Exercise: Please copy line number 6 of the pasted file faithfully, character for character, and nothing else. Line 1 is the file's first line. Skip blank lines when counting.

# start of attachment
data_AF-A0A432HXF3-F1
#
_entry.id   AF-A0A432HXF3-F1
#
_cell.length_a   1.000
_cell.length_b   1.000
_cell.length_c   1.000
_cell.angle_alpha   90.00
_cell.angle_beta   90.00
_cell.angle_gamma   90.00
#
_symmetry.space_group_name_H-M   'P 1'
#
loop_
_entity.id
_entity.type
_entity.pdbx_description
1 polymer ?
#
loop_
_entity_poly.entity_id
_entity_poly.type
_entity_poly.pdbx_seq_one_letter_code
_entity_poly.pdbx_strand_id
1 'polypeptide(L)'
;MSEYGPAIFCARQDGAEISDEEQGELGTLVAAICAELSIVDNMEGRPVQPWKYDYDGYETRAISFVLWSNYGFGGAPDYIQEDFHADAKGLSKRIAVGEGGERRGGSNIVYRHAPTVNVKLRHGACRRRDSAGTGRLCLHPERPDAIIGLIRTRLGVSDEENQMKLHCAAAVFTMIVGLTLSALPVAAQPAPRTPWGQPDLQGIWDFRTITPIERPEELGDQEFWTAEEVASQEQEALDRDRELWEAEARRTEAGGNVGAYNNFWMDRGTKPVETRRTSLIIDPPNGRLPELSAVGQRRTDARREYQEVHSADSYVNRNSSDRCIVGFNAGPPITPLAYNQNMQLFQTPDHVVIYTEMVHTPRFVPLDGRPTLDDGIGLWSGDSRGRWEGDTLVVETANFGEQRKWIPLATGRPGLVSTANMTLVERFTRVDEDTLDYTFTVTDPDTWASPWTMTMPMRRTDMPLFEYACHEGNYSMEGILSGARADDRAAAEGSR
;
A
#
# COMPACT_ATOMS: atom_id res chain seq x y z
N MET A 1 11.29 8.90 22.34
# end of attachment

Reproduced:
_cell.length_b   1.000